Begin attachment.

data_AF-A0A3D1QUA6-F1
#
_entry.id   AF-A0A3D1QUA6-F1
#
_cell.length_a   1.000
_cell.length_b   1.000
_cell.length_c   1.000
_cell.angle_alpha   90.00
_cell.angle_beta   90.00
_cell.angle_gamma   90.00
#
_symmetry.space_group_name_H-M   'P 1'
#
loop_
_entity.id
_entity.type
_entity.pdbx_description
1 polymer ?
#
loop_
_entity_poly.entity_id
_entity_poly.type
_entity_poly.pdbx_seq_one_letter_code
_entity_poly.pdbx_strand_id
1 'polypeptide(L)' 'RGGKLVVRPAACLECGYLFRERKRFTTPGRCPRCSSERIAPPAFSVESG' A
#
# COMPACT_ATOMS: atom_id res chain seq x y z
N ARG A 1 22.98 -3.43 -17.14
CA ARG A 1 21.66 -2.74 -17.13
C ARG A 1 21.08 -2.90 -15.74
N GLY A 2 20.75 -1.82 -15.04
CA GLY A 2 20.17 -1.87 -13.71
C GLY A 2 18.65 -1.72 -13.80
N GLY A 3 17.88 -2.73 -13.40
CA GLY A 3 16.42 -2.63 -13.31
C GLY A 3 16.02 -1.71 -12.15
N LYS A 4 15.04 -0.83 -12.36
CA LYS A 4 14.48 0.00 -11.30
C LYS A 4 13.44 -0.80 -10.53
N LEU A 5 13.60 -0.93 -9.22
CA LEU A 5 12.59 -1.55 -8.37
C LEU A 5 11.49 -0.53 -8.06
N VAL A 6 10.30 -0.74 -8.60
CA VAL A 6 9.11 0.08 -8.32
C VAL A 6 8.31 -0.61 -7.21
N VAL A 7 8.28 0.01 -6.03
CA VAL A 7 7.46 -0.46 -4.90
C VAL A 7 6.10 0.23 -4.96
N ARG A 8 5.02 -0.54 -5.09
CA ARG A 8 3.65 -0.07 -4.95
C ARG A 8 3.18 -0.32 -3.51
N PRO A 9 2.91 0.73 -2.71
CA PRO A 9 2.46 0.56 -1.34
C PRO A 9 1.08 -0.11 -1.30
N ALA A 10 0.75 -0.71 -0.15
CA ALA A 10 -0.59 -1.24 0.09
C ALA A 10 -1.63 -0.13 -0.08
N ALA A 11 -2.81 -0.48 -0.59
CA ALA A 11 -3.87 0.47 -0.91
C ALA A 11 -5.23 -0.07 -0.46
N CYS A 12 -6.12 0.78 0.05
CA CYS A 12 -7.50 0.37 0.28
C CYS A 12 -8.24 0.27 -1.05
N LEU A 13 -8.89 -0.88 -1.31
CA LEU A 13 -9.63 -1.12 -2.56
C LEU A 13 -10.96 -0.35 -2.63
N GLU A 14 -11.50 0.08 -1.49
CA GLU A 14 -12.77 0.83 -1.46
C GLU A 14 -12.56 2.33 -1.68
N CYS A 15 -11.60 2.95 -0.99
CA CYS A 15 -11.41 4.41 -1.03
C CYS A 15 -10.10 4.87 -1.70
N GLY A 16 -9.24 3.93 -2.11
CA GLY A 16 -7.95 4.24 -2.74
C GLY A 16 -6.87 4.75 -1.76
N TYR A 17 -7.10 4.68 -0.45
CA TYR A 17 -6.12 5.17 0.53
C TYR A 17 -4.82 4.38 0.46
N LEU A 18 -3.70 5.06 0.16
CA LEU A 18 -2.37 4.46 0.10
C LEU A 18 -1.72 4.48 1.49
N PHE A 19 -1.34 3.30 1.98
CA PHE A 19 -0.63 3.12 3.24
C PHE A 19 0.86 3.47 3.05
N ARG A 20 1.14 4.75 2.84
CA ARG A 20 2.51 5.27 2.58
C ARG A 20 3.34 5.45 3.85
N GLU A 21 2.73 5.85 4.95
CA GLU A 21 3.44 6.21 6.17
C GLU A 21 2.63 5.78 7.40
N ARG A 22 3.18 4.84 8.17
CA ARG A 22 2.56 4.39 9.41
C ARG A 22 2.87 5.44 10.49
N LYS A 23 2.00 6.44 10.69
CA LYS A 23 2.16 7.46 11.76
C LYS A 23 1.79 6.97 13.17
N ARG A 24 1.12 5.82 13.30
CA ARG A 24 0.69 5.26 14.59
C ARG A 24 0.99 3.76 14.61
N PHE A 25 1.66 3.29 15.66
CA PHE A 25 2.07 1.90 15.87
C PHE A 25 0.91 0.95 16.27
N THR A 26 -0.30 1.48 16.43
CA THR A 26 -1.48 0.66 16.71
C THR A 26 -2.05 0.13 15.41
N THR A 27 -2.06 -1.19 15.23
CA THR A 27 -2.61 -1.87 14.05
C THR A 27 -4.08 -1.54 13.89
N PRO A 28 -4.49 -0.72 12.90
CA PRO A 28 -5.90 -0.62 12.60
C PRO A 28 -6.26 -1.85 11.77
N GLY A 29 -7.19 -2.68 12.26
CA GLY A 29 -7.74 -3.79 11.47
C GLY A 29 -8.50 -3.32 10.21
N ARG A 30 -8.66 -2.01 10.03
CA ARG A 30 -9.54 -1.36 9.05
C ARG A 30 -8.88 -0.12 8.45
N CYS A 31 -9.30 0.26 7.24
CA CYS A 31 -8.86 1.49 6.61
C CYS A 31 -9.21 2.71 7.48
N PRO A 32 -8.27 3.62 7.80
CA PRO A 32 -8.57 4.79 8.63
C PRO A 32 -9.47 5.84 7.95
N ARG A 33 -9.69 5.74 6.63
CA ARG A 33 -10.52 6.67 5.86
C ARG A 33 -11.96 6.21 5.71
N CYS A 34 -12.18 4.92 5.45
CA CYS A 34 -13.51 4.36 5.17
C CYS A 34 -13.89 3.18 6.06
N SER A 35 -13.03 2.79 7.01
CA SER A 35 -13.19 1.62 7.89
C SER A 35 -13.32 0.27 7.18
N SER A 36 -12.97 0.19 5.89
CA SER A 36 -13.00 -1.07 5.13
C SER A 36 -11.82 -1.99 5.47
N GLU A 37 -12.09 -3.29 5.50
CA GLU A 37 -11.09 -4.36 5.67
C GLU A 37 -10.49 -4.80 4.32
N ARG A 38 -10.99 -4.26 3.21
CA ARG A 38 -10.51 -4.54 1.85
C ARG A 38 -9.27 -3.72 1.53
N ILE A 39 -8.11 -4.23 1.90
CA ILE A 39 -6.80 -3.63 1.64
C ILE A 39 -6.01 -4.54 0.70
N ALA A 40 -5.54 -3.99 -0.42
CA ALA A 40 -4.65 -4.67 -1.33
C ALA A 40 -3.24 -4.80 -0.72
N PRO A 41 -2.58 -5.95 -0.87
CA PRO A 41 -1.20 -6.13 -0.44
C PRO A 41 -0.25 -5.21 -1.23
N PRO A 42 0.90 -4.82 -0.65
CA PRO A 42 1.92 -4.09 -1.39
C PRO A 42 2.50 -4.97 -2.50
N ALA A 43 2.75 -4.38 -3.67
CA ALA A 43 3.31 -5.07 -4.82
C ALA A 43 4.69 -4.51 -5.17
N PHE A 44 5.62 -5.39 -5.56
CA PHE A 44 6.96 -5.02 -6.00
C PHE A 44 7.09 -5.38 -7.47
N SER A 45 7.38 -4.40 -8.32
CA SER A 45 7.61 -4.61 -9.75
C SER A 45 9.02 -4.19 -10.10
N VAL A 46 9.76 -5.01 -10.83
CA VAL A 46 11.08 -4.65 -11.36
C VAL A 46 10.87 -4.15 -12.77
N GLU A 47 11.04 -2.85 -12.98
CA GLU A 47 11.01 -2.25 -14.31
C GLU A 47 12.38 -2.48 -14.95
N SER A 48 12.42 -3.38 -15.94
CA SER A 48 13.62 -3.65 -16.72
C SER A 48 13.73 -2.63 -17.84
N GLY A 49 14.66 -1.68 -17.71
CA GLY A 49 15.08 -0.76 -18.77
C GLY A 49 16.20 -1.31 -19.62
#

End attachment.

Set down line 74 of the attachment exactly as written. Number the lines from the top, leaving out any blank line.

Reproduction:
CA GLY A 16 -7.95 4.24 -2.74